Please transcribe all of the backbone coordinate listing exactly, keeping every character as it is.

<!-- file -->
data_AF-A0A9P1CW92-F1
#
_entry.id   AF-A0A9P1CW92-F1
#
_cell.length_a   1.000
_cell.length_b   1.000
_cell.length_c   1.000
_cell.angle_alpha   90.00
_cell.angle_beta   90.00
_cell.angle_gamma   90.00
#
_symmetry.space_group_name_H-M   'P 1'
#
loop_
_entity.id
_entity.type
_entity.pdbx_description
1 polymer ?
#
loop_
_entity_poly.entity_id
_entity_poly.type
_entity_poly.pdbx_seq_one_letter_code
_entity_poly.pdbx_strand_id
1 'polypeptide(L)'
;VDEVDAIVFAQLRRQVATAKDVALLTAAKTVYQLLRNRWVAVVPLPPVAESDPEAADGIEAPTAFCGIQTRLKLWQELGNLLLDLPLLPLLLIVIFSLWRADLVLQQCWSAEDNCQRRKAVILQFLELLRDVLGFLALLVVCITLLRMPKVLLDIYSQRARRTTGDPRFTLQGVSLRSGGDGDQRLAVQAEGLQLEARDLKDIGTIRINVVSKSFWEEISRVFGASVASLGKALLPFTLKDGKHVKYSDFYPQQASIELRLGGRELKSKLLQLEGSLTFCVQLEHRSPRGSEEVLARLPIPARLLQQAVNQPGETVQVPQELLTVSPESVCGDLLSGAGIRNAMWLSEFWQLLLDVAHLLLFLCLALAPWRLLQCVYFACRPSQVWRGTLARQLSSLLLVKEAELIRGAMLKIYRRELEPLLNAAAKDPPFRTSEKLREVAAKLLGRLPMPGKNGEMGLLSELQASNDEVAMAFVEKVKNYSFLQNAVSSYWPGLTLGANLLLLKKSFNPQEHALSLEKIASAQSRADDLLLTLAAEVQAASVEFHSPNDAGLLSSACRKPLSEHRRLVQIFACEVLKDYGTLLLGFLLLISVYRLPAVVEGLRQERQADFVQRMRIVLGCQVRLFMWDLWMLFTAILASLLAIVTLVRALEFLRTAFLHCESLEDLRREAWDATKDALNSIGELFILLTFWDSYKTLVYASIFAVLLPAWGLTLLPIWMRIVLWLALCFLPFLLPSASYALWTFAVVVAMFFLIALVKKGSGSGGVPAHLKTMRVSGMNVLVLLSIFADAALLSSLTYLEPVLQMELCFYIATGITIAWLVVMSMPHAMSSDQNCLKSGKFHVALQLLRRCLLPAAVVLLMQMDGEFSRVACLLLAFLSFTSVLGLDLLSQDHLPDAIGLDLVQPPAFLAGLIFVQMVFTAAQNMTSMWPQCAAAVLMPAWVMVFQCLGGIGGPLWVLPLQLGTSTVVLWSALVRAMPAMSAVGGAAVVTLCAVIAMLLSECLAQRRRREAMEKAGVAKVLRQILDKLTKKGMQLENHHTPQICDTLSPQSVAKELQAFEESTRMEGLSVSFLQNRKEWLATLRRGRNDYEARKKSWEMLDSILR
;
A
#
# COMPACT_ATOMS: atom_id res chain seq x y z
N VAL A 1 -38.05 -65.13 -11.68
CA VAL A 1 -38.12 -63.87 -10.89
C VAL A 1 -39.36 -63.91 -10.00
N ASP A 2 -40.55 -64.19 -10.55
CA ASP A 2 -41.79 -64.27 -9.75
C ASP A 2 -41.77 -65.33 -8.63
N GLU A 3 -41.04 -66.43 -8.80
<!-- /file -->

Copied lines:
data_AF-A0A9P1CW92-F1
#
_entry.id   AF-A0A9P1CW92-F1
#
_cell.length_a   1.000
_cell.length_b   1.000
_cell.length_c   1.000
_cell.angle_alpha   90.00
_cell.angle_beta   90.00
_cell.angle_gamma   90.00
#
_symmetry.space_group_name_H-M   'P 1'
#
loop_
_entity.id
_entity.type
_entity.pdbx_description
1 polymer ?
#
loop_
_entity_poly.entity_id
_entity_poly.type
_entity_poly.pdbx_seq_one_letter_code
_entity_poly.pdbx_strand_id
1 'polypeptide(L)'
;VDEVDAIVFAQLRRQVATAKDVALLTAAKTVYQLLRNRWVAVVPLPPVAESDPEAADGIEAPTAFCGIQTRLKLWQELGNLLLDLPLLPLLLIVIFSLWRADLVLQQCWSAEDNCQRRKAVILQFLELLRDVLGFLALLVVCITLLRMPKVLLDIYSQRARRTTGDPRFTLQGVSLRSGGDGDQRLAVQAEGLQLEARDLKDIGTIRINVVSKSFWEEISRVFGASVASLGKALLPFTLKDGKHVKYSDFYPQQASIELRLGGRELKSKLLQLEGSLTFCVQLEHRSPRGSEEVLARLPIPARLLQQAVNQPGETVQVPQELLTVSPESVCGDLLSGAGIRNAMWLSEFWQLLLDVAHLLLFLCLALAPWRLLQCVYFACRPSQVWRGTLARQLSSLLLVKEAELIRGAMLKIYRRELEPLLNAAAKDPPFRTSEKLREVAAKLLGRLPMPGKNGEMGLLSELQASNDEVAMAFVEKVKNYSFLQNAVSSYWPGLTLGANLLLLKKSFNPQEHALSLEKIASAQSRADDLLLTLAAEVQAASVEFHSPNDAGLLSSACRKPLSEHRRLVQIFACEVLKDYGTLLLGFLLLISVYRLPAVVEGLRQERQADFVQRMRIVLGCQVRLFMWDLWMLFTAILASLLAIVTLVRALEFLRTAFLHCESLEDLRREAWDATKDALNSIGELFILLTFWDSYKTLVYASIFAVLLPAWGLTLLPIWMRIVLWLALCFLPFLLPSASYALWTFAVVVAMFFLIALVKKGSGSGGVPAHLKTMRVSGMNVLVLLSIFADAALLSSLTYLEPVLQMELCFYIATGITIAWLVVMSMPHAMSSDQNCLKSGKFHVALQLLRRCLLPAAVVLLMQMDGEFSRVACLLLAFLSFTSVLGLDLLSQDHLPDAIGLDLVQPPAFLAGLIFVQMVFTAAQNMTSMWPQCAAAVLMPAWVMVFQCLGGIGGPLWVLPLQLGTSTVVLWSALVRAMPAMSAVGGAAVVTLCAVIAMLLSECLAQRRRREAMEKAGVAKVLRQILDKLTKKGMQLENHHTPQICDTLSPQSVAKELQAFEESTRMEGLSVSFLQNRKEWLATLRRGRNDYEARKKSWEMLDSILR
;
A
#
# COMPACT_ATOMS: atom_id res chain seq x y z
N VAL A 1 -38.05 -65.13 -11.68
CA VAL A 1 -38.12 -63.87 -10.89
C VAL A 1 -39.36 -63.91 -10.00
N ASP A 2 -40.55 -64.19 -10.55
CA ASP A 2 -41.79 -64.27 -9.75
C ASP A 2 -41.77 -65.33 -8.63
N GLU A 3 -41.04 -66.43 -8.80